The Ipswich River Watershed Association began our 16th annual herring count on April 1st, 2014. The count takes place at the Ipswich Mills dam fish ladder located in downtown Ipswich MA. We are fortunate to have many dedicated volunteers count for 10-minute shifts throughout the day until the beginning of June. As of April 10th, we have not seen any herring, but the water temperature is reaching the point we expect to see the first fish.
At one time, the Ipswich River experienced runs of millions of herring, shad, salmon, striped bass, and other ocean fish that swam as far upstream as Wilmington to spawn every spring. Native Americans called the river Agawam, meaning "place where fishes of passage resorted," a testament to the rich fish populations it once supported. In 2013, we only observed 33 individual herring and we estimated the total run size (including fish we did not see) to be less than 1,000 fish. Today, dams, low flows caused by water withdrawals and the transformation of traditional spawning habitat into water supply reservoirs prevent herring from thriving in the river. As disappointing as these numbers are, it is just as important to document the absence of river herring as it will be, someday, to document their return.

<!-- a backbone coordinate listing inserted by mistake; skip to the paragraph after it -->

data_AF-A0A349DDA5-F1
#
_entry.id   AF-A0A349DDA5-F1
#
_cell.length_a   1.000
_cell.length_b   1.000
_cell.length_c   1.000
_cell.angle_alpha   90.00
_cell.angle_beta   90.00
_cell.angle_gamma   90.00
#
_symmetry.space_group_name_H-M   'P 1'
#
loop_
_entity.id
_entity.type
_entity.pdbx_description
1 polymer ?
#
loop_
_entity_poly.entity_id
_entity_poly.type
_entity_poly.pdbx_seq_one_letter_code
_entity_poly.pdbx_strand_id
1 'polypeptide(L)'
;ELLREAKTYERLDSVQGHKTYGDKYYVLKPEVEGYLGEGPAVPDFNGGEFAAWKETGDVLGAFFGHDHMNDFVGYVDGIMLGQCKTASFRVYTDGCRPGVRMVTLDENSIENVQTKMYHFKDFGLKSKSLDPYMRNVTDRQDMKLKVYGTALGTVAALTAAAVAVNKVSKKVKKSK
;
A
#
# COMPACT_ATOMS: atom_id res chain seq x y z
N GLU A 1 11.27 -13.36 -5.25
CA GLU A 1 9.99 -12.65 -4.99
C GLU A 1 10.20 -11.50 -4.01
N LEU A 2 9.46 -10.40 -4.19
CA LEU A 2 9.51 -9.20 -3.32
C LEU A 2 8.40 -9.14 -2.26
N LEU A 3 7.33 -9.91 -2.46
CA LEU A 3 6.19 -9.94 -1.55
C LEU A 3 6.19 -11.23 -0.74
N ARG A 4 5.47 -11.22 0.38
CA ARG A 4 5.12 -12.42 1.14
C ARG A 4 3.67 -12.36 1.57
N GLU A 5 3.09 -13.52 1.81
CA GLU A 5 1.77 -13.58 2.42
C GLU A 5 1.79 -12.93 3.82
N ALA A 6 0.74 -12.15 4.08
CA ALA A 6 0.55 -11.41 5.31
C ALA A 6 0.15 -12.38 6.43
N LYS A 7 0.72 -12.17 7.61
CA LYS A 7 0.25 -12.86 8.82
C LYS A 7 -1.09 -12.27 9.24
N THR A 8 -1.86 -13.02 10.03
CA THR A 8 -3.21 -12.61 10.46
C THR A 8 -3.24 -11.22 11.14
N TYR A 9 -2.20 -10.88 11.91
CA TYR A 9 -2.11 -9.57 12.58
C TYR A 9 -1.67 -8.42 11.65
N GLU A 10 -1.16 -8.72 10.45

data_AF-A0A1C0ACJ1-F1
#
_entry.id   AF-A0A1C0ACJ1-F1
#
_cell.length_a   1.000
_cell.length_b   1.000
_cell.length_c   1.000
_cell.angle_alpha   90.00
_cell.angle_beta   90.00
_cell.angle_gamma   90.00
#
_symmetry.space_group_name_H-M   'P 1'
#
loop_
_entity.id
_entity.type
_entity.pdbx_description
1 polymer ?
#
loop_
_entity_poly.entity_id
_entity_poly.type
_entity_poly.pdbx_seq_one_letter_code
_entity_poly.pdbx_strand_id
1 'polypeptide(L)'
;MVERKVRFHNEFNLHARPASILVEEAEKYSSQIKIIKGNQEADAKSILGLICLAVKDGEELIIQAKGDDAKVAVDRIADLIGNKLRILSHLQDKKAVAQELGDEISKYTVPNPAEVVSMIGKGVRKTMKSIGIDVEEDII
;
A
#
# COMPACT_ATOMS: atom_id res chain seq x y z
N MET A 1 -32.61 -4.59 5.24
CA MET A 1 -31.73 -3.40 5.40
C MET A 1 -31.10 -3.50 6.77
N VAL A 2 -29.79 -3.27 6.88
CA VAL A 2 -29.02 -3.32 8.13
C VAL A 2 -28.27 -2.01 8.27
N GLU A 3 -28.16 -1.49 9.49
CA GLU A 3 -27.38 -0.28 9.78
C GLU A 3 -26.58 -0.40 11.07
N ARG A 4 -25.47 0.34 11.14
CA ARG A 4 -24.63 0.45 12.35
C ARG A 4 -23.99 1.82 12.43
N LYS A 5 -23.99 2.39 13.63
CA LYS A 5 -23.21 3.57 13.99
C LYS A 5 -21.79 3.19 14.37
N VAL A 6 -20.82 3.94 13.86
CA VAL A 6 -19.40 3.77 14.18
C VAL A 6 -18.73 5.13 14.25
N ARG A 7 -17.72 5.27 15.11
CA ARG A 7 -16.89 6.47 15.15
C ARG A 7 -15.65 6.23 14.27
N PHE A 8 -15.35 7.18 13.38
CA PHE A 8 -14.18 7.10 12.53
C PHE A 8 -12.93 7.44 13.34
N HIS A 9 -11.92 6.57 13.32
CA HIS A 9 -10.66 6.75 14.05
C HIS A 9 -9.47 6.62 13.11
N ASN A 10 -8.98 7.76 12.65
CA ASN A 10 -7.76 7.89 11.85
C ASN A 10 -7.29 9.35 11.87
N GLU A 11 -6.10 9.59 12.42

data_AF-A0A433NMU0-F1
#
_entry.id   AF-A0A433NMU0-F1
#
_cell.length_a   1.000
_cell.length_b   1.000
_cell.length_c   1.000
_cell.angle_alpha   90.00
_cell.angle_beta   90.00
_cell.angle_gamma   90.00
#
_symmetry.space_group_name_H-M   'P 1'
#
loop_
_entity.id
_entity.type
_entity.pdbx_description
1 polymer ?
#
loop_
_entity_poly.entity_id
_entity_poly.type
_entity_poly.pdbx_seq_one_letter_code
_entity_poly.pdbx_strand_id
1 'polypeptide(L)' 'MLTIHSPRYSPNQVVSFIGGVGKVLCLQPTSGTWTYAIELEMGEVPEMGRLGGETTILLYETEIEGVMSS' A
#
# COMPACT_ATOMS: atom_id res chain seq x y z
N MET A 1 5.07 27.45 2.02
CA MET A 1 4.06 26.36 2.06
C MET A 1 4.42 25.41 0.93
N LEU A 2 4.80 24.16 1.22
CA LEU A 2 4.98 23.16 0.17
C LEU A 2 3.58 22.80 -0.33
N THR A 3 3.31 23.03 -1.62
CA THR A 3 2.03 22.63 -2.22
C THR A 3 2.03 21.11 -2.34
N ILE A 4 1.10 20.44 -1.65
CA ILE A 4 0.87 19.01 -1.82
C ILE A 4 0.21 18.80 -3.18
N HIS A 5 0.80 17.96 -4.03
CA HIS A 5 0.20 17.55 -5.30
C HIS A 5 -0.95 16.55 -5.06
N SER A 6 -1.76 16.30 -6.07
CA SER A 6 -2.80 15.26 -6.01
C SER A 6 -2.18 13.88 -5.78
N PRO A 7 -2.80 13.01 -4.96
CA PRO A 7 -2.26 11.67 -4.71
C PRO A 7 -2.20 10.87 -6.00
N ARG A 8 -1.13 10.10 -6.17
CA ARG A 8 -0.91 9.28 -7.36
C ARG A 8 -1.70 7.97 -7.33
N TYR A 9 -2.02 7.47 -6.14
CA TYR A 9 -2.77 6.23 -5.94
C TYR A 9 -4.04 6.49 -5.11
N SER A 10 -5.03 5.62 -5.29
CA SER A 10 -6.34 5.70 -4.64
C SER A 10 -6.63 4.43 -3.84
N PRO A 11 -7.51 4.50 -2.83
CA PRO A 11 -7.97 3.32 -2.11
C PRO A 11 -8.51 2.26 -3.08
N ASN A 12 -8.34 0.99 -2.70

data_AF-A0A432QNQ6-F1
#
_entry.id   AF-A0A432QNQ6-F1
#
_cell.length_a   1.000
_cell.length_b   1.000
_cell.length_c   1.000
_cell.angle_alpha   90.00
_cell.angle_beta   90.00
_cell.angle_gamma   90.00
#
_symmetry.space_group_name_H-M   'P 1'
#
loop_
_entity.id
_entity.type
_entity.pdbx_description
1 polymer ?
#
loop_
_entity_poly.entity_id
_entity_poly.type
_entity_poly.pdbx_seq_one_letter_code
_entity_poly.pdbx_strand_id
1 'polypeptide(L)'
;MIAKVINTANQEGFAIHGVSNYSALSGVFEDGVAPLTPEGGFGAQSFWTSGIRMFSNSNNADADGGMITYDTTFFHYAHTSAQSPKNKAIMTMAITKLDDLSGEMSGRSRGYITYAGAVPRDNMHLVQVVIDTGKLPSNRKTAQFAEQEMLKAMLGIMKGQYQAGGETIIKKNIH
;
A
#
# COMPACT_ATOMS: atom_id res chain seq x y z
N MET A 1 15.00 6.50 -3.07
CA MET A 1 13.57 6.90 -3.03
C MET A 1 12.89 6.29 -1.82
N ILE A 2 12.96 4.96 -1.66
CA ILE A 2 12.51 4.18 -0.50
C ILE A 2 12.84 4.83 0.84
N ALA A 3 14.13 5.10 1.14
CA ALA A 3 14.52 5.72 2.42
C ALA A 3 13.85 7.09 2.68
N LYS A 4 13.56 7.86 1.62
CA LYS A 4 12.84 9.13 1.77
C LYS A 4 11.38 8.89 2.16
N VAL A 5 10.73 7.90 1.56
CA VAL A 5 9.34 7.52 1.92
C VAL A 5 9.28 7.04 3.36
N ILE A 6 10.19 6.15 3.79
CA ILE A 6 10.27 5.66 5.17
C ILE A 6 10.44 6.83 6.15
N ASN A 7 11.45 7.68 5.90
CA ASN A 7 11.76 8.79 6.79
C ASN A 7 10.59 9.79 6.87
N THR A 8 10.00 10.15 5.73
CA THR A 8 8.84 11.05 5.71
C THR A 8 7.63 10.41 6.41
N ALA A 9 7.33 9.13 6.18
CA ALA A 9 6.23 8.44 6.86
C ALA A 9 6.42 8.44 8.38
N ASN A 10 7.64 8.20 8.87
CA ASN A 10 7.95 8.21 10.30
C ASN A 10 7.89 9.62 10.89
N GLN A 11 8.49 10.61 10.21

We want to restore the river's vitality– an enormous task – and documenting the herring population is a critical step in this process. Other critical steps in the process include removing dams, which no longer have a practical function, and controlling the amount of water local water systems remove from the river.
The Ipswich River has the potential to host a thriving herring population and fishery once again. Other rivers on the north shore like the Parker River have seen modest gains in recent years, so there is hope! As an important part of the food web, a healthy herring population would be very beneficial to the ecology of the river.
To learn more about our herring count and the other work we do, please visit our website at http://www.ipswichriver.org/

Ryan O’Donnell

Programs Coordinator

Ipswich River Watershed Association

April 10, 2014